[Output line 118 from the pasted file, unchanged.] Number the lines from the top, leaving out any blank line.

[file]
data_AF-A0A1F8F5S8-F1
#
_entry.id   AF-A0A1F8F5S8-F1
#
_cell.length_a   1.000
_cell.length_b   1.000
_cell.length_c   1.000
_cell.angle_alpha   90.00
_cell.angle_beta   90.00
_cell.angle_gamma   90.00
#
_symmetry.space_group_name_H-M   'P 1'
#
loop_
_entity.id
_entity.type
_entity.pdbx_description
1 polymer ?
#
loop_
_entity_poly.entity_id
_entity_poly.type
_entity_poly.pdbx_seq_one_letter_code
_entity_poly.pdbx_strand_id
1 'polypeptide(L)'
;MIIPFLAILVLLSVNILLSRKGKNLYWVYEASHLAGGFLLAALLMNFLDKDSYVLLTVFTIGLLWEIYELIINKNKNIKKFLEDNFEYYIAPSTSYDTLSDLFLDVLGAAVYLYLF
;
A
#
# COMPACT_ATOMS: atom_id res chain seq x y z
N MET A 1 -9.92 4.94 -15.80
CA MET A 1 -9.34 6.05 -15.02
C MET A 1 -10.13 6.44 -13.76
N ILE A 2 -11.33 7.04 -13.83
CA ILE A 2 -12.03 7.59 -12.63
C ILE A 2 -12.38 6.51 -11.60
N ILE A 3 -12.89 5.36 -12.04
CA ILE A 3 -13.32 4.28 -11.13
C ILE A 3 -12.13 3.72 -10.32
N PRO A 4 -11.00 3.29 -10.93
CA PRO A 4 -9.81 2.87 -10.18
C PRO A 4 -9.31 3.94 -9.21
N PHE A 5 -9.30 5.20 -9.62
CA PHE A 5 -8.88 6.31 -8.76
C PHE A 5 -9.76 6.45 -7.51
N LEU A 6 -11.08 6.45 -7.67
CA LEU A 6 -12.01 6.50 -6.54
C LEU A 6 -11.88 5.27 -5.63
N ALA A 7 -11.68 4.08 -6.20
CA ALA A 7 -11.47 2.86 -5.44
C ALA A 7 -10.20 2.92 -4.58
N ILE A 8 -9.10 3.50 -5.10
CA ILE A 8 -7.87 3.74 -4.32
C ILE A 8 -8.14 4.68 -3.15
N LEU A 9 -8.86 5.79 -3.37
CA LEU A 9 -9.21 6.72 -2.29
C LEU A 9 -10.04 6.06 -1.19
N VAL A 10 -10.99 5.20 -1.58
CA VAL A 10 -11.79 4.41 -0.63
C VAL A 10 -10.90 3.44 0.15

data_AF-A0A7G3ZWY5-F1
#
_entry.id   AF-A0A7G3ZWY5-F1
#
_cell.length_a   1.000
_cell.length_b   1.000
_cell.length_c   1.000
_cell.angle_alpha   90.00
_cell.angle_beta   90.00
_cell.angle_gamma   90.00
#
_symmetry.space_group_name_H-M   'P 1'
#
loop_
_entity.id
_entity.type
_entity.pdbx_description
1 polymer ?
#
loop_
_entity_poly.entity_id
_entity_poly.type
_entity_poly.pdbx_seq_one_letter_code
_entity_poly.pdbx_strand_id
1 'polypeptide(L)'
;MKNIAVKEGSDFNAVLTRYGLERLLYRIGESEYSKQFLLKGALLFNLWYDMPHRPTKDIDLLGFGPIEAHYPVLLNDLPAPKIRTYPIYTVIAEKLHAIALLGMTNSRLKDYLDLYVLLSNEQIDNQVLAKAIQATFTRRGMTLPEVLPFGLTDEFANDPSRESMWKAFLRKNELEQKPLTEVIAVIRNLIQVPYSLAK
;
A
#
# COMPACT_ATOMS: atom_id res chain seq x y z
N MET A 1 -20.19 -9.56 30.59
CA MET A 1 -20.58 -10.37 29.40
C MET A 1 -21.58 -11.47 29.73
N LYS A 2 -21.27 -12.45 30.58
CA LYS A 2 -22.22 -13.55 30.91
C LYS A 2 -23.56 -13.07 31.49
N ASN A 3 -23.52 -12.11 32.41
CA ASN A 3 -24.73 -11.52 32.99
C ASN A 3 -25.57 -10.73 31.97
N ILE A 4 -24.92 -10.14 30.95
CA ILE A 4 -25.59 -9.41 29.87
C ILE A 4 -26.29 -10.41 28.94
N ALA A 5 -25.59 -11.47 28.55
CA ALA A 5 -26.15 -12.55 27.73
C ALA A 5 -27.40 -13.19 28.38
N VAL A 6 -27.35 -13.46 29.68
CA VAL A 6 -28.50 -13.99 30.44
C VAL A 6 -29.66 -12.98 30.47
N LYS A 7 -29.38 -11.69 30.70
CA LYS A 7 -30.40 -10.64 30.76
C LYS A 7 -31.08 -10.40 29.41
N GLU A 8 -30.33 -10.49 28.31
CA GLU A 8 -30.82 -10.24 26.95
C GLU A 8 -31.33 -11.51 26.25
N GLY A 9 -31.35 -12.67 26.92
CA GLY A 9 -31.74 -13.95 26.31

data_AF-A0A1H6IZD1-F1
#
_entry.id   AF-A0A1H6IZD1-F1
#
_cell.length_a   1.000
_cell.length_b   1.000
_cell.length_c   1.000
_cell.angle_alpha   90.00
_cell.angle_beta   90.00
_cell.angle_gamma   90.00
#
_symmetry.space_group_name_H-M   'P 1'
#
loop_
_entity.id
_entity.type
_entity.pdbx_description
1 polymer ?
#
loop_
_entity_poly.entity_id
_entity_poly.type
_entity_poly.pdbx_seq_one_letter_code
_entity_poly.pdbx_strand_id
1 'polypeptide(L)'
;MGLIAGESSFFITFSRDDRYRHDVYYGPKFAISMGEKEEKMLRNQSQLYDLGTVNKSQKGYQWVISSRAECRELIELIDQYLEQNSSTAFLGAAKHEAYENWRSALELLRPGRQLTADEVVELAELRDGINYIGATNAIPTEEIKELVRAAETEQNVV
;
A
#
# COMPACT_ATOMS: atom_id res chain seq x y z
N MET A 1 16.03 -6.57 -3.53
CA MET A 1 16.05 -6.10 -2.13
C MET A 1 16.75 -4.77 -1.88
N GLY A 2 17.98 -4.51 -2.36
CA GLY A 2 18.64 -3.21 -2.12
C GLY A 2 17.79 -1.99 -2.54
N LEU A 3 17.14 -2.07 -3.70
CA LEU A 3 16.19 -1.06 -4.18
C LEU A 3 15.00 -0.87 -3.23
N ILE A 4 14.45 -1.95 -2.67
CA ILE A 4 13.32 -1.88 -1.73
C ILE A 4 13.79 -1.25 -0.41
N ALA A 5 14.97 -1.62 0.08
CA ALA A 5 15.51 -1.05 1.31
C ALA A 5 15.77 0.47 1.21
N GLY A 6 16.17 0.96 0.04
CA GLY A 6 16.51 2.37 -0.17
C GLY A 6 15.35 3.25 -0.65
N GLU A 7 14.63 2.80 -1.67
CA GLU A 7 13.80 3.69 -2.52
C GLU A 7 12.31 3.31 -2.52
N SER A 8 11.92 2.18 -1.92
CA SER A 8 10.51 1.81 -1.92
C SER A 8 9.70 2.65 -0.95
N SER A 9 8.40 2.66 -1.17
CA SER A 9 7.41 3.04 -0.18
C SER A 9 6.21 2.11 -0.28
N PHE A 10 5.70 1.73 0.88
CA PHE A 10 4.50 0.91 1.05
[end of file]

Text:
#